LONDON: Arab News examines a weekly round-up of fake news doing the rounds.
1 Jordan’s media response unit said it has quelled 22 rumors in 36 hours
The head of Jordan’s media response unit at the National Center for Security and Crisis Management said the center has intecepted and quelled 22 fake stories over the past 36 hours.
In an interview with Jordanian TV channel Roya, Ahmad Naimat said several social media accounts were guilty of spreading these stories, adding that he personally does not rule out the theory that this was a “systematic and organized” effort to spread fake news and was no coincidence. He added that the rumors involved stories of people going bankrupt and the owners of investments (and others involved in financial scandals) fleeing the country.
2 Music body denies questioning Egyptian singer over NYE remarks
The Egyptian Music Syndicate has denied reports claiming that it has referred singer Sherine Abdel Wahab for investigation over allegedly insulting her country during her latest New Year’s Eve concert. The syndicate, headed by Egyptian singer Hani Shaker said they have not received any complaint against the famous singer. They also said they have not received any recordings of the NYE concert, during which the singer is claimed to have insulted Egypt, and therefore the syndicate did not take any action against her.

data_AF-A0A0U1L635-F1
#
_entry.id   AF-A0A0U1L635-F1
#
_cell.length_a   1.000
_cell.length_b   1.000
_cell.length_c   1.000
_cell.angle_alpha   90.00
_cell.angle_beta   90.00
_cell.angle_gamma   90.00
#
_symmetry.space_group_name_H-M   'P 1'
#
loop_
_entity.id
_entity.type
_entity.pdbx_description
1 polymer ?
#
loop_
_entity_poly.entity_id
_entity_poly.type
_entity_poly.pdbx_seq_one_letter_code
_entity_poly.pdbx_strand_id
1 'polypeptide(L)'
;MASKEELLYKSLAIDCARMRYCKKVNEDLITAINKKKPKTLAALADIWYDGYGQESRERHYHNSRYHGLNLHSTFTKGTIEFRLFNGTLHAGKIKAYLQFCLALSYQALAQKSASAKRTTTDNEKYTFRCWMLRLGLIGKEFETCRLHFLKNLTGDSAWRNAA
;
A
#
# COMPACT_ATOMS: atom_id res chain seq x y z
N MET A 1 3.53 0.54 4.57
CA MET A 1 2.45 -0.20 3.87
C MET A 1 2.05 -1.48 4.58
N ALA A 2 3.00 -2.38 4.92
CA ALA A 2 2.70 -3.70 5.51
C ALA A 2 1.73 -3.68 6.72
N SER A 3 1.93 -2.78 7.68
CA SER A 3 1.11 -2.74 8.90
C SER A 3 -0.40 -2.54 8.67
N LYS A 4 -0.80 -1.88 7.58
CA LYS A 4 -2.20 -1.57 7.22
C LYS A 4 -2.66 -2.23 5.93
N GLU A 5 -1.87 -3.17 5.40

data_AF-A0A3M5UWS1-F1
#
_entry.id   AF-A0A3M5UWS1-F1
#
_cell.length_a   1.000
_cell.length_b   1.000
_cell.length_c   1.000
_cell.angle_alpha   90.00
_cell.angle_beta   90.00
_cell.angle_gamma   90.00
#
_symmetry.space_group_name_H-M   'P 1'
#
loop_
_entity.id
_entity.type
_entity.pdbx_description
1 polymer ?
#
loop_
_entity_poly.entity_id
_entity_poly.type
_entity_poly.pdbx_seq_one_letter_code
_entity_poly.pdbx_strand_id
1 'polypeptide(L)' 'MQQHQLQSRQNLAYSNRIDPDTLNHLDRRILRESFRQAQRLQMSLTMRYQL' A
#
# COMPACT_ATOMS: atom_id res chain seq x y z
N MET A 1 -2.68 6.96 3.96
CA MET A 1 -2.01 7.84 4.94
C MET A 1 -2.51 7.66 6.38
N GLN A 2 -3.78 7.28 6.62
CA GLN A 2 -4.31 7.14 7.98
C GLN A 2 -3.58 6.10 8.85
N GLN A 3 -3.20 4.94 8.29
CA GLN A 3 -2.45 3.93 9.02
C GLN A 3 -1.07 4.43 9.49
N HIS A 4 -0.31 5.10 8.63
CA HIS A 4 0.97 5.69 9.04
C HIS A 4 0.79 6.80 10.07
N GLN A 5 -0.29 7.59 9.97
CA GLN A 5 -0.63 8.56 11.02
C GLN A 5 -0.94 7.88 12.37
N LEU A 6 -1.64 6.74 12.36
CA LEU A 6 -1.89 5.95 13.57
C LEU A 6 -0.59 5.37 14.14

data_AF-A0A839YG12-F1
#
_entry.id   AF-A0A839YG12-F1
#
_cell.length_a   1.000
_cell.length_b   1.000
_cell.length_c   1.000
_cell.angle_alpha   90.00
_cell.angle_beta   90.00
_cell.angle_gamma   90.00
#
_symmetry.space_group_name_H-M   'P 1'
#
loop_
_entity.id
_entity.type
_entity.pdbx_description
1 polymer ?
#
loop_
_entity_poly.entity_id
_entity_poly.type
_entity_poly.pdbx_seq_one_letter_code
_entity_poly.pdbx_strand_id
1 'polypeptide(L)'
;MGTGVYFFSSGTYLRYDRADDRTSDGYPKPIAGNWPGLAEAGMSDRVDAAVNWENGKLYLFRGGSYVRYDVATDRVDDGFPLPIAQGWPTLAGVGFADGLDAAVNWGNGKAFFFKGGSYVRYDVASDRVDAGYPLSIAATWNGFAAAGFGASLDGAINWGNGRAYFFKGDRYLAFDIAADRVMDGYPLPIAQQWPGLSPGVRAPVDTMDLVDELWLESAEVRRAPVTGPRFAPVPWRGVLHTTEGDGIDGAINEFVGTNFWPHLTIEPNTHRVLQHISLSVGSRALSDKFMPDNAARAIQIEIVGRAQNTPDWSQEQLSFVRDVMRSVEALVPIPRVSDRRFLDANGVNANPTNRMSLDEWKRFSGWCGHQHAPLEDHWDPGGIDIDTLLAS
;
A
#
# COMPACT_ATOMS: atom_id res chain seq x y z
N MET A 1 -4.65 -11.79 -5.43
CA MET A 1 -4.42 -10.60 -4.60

Sherine became the talk of the town following a remark she had made that was deemed “offensive to Egypt.” In her latest concert, the singer “jokingly” told the audience “I’m too good for Egypt” when the mic cut off during one of her performances.
3 Egypt publishers’ union denies ‘confiscation’ of books at Jeddah book fair
Saeed Abdu, head of the Egyptian Publishers’ Union, has denied that some books were removed from the Jeddah International Book Exhibition, which was held from Dec. 26 to Jan. 6.
In statements quoted by Al-Bawaba News, Saeed denied allegations that Egyptian publishers prevented the circulation of certain books at the Jeddah exhibition.
The news comes after one Egyptian writer took to his personal social media account to tell followers that some of his books were removed from the exhibition although he had acquired government permits to showcase them at the event.